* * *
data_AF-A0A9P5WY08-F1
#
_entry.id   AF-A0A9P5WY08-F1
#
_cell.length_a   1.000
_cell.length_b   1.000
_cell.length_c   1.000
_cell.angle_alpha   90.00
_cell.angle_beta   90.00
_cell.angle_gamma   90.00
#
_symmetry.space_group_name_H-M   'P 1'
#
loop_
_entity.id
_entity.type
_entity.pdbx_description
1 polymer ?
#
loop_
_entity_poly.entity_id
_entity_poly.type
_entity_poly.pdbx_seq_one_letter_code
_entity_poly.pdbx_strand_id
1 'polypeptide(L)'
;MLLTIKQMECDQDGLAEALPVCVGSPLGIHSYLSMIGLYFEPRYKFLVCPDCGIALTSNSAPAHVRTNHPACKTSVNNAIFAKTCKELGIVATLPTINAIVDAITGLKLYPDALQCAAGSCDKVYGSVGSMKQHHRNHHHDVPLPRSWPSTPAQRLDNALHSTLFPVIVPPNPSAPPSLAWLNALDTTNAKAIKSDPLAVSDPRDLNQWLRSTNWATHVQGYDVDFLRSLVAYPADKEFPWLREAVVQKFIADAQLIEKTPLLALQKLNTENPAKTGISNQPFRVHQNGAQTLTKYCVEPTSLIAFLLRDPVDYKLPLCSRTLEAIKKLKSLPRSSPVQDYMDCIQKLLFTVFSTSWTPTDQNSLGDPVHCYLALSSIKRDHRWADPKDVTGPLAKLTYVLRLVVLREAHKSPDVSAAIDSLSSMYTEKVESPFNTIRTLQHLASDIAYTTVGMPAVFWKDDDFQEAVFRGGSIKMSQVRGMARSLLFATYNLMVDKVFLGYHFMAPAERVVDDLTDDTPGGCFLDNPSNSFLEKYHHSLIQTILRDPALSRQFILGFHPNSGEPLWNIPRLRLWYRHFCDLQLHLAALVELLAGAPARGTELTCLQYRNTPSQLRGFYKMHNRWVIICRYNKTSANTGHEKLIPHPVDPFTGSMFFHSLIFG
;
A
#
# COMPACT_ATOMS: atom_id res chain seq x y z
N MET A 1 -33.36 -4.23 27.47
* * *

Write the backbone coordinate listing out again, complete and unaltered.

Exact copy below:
data_AF-A0A9P5WY08-F1
#
_entry.id   AF-A0A9P5WY08-F1
#
_cell.length_a   1.000
_cell.length_b   1.000
_cell.length_c   1.000
_cell.angle_alpha   90.00
_cell.angle_beta   90.00
_cell.angle_gamma   90.00
#
_symmetry.space_group_name_H-M   'P 1'
#
loop_
_entity.id
_entity.type
_entity.pdbx_description
1 polymer ?
#
loop_
_entity_poly.entity_id
_entity_poly.type
_entity_poly.pdbx_seq_one_letter_code
_entity_poly.pdbx_strand_id
1 'polypeptide(L)'
;MLLTIKQMECDQDGLAEALPVCVGSPLGIHSYLSMIGLYFEPRYKFLVCPDCGIALTSNSAPAHVRTNHPACKTSVNNAIFAKTCKELGIVATLPTINAIVDAITGLKLYPDALQCAAGSCDKVYGSVGSMKQHHRNHHHDVPLPRSWPSTPAQRLDNALHSTLFPVIVPPNPSAPPSLAWLNALDTTNAKAIKSDPLAVSDPRDLNQWLRSTNWATHVQGYDVDFLRSLVAYPADKEFPWLREAVVQKFIADAQLIEKTPLLALQKLNTENPAKTGISNQPFRVHQNGAQTLTKYCVEPTSLIAFLLRDPVDYKLPLCSRTLEAIKKLKSLPRSSPVQDYMDCIQKLLFTVFSTSWTPTDQNSLGDPVHCYLALSSIKRDHRWADPKDVTGPLAKLTYVLRLVVLREAHKSPDVSAAIDSLSSMYTEKVESPFNTIRTLQHLASDIAYTTVGMPAVFWKDDDFQEAVFRGGSIKMSQVRGMARSLLFATYNLMVDKVFLGYHFMAPAERVVDDLTDDTPGGCFLDNPSNSFLEKYHHSLIQTILRDPALSRQFILGFHPNSGEPLWNIPRLRLWYRHFCDLQLHLAALVELLAGAPARGTELTCLQYRNTPSQLRGFYKMHNRWVIICRYNKTSANTGHEKLIPHPVDPFTGSMFFHSLIFG
;
A
#
# COMPACT_ATOMS: atom_id res chain seq x y z
N MET A 1 -33.36 -4.23 27.47